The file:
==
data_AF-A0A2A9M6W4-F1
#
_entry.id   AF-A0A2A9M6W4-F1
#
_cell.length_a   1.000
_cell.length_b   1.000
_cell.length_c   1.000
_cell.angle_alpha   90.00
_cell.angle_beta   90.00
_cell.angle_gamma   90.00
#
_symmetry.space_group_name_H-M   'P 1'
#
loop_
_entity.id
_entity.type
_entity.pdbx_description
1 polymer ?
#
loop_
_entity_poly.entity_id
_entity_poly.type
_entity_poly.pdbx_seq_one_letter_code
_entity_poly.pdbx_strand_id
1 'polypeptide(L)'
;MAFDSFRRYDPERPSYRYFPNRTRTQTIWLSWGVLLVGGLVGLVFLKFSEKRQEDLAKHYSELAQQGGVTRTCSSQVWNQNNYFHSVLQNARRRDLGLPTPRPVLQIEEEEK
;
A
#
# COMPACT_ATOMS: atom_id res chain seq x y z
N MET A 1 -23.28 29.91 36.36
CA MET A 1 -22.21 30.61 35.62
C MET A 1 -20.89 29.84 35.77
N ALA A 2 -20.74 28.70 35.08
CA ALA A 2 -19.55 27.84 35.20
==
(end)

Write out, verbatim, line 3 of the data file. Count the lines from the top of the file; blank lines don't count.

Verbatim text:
_entry.id   AF-A0A2A9M6W4-F1